The Czech government has approved measures to monitor the environmental impacts of the planned expansion of the Turów brown coal mine located in the close proximity to the Czech border. The expansion was approved by the Polish authorities, despite Czech concerns that it would threaten water sources for villages on the Czech side, as well as severely increasing noise and dust pollution.
Unemployment in the Czech Republic rose to 2.9 percent in December, up from
2.6 percent in November, according to data released by the Czech Labour
Office on Thursday.
Despite the rise, it is the lowest figure for the period of December since 1996. According to the statistics, there are currently 215,500 people seeking employment.
The lowest unemployment rate was in Prague, with 1.9 percent, while the highest number of unemployed, 4.4 percent, was registered in the region of Moravia-Silesia.
A hospital in the central Bohemian town of Benešov which was hit by a
cyber-attack on December 11 is once again fully operational. The attack
paralyzed the institution for days since staff were unable to use x-rays,
ultrasound or laboratory instruments and could not exchange information
with other hospitals.
Just last week a similar attack paralyzed the OKD coal mining company which was forced to stop mining in all of its mines for security reasons.
The cabinet is due to debate a proposed amendment to the law on cyber security in the coming days, which would give Military Intelligence broader powers, among others the right to continuously monitor public communications networks.
In his traditional Christmas message to the nation, President Miloš Zeman began as usual on a positive note – highlighting the country’s economic successes – before turning to what he views as problematic areas. In a 16-minute televised address otherwise void of religious symbolism, Zeman also branded himself a “climate heretic” and urged Czechs to think for themselves rather than follow “false prophets”.
The coal mining company OKD which was hit by a cyber-attack on Monday is
renewing operations in all its mines on Friday after the installation of an
independent internal computer network.
Coal mining was suspended in the wake of the attack for security reasons, despite the fact that methane detectors remained fully operational.
The OKD company’s computer network was hit just two weeks after a similar attack paralysed a hospital in the central Bohemian town of Benešov.
A commemorative ceremony took place in Stonava in the north-east of the
Czech Republic on Friday to honour the thirteen miners who died after a
methane explosion at the ČSM hard coal mine exactly a year ago. Twelve of
the dead were Polish nationals.
Among those attending the event were Czech Prime Minister Andrej Babiš, Polish ambassador to the Czech Republic Barbara Ćwioro, representatives of the OKD company, which operates the mine, and relatives of the victims.
The blast, which occurred about 880 metres below the ground, devastated some of the underground areas with poor visibility, obstructing the efforts of the rescue units.
Unemployment in the Czech Republic remained at 2.6 percent in November, the
same as the previous month, the Czech Labour Office announced on Monday.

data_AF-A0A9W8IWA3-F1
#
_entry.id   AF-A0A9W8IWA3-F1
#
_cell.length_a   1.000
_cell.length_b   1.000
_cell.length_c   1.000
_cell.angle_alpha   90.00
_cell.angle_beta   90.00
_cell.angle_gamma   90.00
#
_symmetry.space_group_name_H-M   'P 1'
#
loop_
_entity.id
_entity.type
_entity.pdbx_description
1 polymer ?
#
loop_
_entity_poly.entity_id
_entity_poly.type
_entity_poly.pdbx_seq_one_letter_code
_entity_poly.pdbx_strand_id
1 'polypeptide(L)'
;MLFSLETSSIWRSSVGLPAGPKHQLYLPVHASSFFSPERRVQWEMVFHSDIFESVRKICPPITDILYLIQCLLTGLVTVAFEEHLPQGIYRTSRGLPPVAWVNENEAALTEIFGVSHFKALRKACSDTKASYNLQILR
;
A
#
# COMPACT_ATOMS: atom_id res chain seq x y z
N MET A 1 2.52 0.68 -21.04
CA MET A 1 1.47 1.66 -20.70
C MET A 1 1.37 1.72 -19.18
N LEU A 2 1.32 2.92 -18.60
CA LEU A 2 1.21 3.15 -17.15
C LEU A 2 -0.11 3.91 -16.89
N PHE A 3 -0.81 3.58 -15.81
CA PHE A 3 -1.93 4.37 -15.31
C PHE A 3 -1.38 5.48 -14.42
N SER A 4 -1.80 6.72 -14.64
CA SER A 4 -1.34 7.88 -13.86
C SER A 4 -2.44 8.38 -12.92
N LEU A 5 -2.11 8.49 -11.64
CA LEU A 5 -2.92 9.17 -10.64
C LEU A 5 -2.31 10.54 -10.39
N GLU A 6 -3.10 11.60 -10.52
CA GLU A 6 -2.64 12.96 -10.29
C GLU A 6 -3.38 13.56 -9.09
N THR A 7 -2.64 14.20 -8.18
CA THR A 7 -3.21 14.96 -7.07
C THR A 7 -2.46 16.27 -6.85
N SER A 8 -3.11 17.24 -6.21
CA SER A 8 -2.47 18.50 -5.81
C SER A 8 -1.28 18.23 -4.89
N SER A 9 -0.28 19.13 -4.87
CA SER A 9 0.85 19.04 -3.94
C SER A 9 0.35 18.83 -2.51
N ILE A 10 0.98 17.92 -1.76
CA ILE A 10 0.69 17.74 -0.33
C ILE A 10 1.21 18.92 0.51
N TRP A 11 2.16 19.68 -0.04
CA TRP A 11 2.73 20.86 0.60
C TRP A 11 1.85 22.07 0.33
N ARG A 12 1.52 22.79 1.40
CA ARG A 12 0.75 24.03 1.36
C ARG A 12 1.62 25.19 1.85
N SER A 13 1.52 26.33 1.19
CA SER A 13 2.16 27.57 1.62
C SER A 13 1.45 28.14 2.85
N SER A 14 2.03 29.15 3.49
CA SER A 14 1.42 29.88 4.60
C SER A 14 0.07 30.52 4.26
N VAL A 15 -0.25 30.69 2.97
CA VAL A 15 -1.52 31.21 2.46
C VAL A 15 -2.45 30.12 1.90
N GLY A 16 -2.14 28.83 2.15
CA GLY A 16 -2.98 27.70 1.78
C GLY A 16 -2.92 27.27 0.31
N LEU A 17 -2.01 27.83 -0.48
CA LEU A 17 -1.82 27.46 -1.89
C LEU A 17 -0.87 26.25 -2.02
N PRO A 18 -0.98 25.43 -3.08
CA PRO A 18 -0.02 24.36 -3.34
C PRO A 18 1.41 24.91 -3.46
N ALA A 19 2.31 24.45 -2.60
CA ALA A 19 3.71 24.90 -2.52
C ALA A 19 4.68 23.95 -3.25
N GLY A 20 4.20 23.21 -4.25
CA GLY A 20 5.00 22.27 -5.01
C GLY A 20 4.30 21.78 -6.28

The number of jobless increased by 771 to 197,289, which is the lowest figure for the month since 1996, while the number of vacancies increased to 339,000. Last November, unemployment stood at 2.8 percent.
The lowest rate of unemployment, 1.8 percent, is in the Pardubice region, which is followed by Prague with 1.9 percent.
After nearly 130 years in service, the coal mine in Lazy located in the
Moravian-Silesian Region was closed on Thursday. Its current owner OKD,
told the Czech News Agency that further mining would require billions of
crowns in investment and was no longer economically viable for the company.
Some 100 miners will remain on location to work on refilling, others have been moved to some of the recently re-nationalised company’s four other mines in the region.
The once picturesque village of Libkovice lay nestled in a small valley not far from the hilltop where legend has it the primal Father Čech decided his people would settle in Bohemian. Founded nearly a millennium ago, Libkovice was the last town slated for liquidation after 1989 to make way for coal mining operations. Its residents, together with environmental activists faced off against freshly minted capitalists in an ultimately futile battle to save the village, which lay above a rich seam of coal. But the sad story has one silver lining: the
Working groups of the so-called Coal Commission expect to draft plans to
end coal mining in the Czech Republic sometime after 2030 onwards in order
to reduce C02 emissions. The scenarios should be ready in January.
The Czech Republic is the fifth-biggest polluter in Europe and the 20th in the world in terms of CO2 emissions, and the key reason is the share of coal-fired power plants in the country’s energy mix.
Prime Minister Andrej Babiš (ANO) has said new nuclear power units must be built, even if in breach of European law, to offset the loss of electricity generated by coal.
The Coal Commission advisory board is co-chaired by the ministers of environment and industry, and includes experts appointed by relevant stakeholders, including industry, labour unions, NGOs and communities in coal-producing regions. Some members expect the coal-exit to take place in 2040 at the earliest.